2014 is now in full swing, the Sundance Film Festival has closed its doors, and film festivals like South by Southwest and Tribeca are generating more buzz for the year’s noteworthy indie narratives and documentaries. In recent years, documentaries such as Restrepo, Gasland, and Searching For Sugarman went on to become heavyweights. This year’s contenders include topics taken from popular memoirs and biographies, along with subject matter pertaining to youths and youth culture. Below, you’ll find a comprehensive list of Sundance and non-Sundance documentaries to keep an eye out for this year, equipped with official synopsis and trailer when available. 2014 is shaping out to a versatile year in the documentary world, ranging from heavy-handed family dramas such as Tracy Droz Tragos’ and Andrew Droz Palermo’s Rich Hill, to baseball biographies such as Chapman and Maclain Way’s The Battered Bastards of Baseball and Jeff Radice’s No No A Dockumentary, »
- Christopher Clemente
Sundance Institute this evening announced the Jury, Audience and other special awards of the 2014 Sundance Film Festival at the feature film Awards Ceremony, hosted by Nick Offerman and Megan Mullally, in Park City, Utah. Video of the ceremony in its entirety is available at Sundance.org/Live.
The U.S. Grand Jury Prize: Documentary was presented by Tracy Chapman to:
Rich Hill / U.S.A. (Directors: Andrew Droz Palermo, Tracy Droz Tragos) - In a rural, American town, kids face heartbreaking choices, find comfort in the most fragile of family bonds, and dream of a future of possibility.
The U.S. Grand Jury Prize: Dramatic was presented by Leonard Maltin to: Whiplash / U.S.A. (Director and screenwriter: Damien Chazelle) - Under the direction of a ruthless instructor, a talented young drummer begins to pursue perfection at any cost, even his humanity. Cast: Miles Teller, J.K. Simmons.
The World Cinema »
Photo by Dvrosa
It was another great year at the Sundance Film Festival! There were so many fantastic movies shown, and I still have a couple more to go. I'm really happy to say that Miles Teller and J.K. Simmon's film Whiplash took home the top two prizes, winning the Grand Jury Prize and the Audience Award. This was my number one favorite film from the festival, and it seems like everyone else at the festival loved it too, so it doesn't surprise me that it won.
Here's the full list of winners:
Sundance Institute this evening announced the Jury, Audience and other special awards of the 2014 Sundance Film Festival at the feature film Awards Ceremony, hosted by Nick Offerman and Megan Mullally, in Park City, Utah. Video of the ceremony in its entirety is available at www.sundance.org/live.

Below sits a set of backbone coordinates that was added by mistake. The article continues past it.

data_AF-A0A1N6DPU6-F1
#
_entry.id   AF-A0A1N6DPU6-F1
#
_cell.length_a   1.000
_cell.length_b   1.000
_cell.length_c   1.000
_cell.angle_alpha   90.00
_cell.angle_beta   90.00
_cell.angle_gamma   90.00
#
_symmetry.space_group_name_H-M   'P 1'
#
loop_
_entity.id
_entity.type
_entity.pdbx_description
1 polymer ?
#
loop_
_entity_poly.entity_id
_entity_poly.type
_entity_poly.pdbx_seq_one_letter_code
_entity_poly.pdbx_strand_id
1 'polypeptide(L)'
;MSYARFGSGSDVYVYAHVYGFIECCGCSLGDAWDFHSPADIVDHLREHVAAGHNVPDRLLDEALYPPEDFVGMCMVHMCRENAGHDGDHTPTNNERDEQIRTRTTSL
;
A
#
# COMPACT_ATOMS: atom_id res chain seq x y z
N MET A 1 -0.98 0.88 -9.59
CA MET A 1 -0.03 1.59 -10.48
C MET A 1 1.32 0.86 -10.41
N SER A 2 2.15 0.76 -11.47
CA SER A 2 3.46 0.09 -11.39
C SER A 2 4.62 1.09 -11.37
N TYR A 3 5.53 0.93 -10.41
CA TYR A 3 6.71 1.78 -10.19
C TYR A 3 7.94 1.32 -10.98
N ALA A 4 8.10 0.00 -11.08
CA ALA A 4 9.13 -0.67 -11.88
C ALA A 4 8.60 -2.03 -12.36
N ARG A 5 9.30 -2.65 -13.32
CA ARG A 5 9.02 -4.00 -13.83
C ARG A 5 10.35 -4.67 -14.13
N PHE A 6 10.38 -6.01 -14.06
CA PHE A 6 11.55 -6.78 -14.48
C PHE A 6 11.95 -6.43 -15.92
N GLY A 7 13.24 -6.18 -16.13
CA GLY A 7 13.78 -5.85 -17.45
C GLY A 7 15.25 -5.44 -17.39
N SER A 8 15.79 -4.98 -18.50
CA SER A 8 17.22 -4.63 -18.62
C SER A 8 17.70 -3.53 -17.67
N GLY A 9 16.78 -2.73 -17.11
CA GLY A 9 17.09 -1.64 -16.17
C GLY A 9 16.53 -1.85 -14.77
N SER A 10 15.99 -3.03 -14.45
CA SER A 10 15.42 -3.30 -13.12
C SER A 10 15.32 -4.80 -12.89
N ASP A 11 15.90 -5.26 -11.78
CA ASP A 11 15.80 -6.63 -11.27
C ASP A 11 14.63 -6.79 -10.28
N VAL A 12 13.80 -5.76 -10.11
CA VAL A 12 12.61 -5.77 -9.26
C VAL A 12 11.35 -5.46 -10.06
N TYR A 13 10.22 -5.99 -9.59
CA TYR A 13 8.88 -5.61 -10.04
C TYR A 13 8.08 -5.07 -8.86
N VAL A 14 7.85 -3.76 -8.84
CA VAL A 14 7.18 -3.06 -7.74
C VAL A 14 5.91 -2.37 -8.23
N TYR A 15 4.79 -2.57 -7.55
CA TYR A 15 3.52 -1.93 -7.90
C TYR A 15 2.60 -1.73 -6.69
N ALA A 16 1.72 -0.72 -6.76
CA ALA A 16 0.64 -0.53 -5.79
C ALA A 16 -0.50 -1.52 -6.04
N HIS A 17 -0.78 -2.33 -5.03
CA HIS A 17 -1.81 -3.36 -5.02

The U.S. Grand Jury Prize: Documentary was »
- Joey Paur
Damien Chazelle’s Whiplash was Day 1 feel good buzz title of the fest that ultimately served as a measuring stick for the other competing 15 titles in the section and as predicted below had a good chance at doing what last year’s Fruitvale did: when both major awards of its category. Now that I’ve completed a 15 hour nap, I can watch the ceremony below – and you can spoil the suspense by simply going over the other award winners in the multiple categories below. Next week we’ll be publishing our interviews with several of the filmmakers mentioned below. Congrats to the winners and non-winners.
Park City, Ut — Sundance Institute this evening announced the Jury, Audience and other special awards of the 2014 Sundance Film Festival at the feature film Awards Ceremony, hosted by Nick Offerman and Megan Mullally, in Park City, Utah. Video of the ceremony in its entirety is available at www. »
- Eric Lavallee
The Sundance Film Festival has come to a close in snowy Park City, Utah, and the institute has announced its winners for 2014. The big winner on the night was a film called Whiplash starring Miles Teller. The film picked up the big Grand Jury prize as well as the Audience Award in the U.S. Dramatic Competition. Whiplash sees Teller as a young musician who struggles to make it as a top jazz drummer (see main pic).
Dramatic effort The Skeleton Twins which stars comedy stars Kristen Wiig and Bill Hader in serious roles, won the Waldo Salt Screening Award for writers Craig Johnson and Mark Heyman, while the big directing award, went to Cutter Hodierne and his drama Fishing Without Nets, which revolves around a young father who turns to pirating in Somalia to support his family.
Here’s the full release with the complete list of the 2014 winners:
Park City, »
- Paul Heath
Park City, Utah -- They arrive first on the scene during international atrocities, but they don't carry weaponry or possess Seal-like skills. They are the E-Team, or, The Emergencies Team. They charge to international crisis spots where human rights violations surely have been violated. This puts them smack dab in such places as Syria and Libya. They confront barbarism and vow to ferret out accountability. If discovered, they face torture and death. In this spellbinding story, filmmakers Katy Chevigny and Ross Kauffman thrust us into the red-alert lives of four E-Team members. It's a comprehensive portrayal of
- Duane Byrge
Rachel Beth Anderson, cinematographer of the documentary "E-Team," screening at the 2014 Sundance Film Festival, told Indiewire about her experience shooting the film. Directed by Katy Chevigny and Ross Kauffman, "E-Team" follows a group of individuals selected by the Human Rights Watch to document war crimes around the world. Anderson has previously shot a variety of projects for PBS Frontline Films, Hrw features and CNN. What camera and lens did you use? I used a Canon 5D Mark II & III and Canon C300. I'm usually working by myself in areas where you have to be quick on your feet so I pack a small kit. I relied mainly on a range of Canon L series lenses (standards 24-105, 70-200, 24 1:4mm, 16-35), and I love the new Canon Cinema lenses. When possible I treat myself to renting Ziess cinema lenses! What was the most difficult shot on your movie, and how did you pull it off? »
- Eric Eidelstein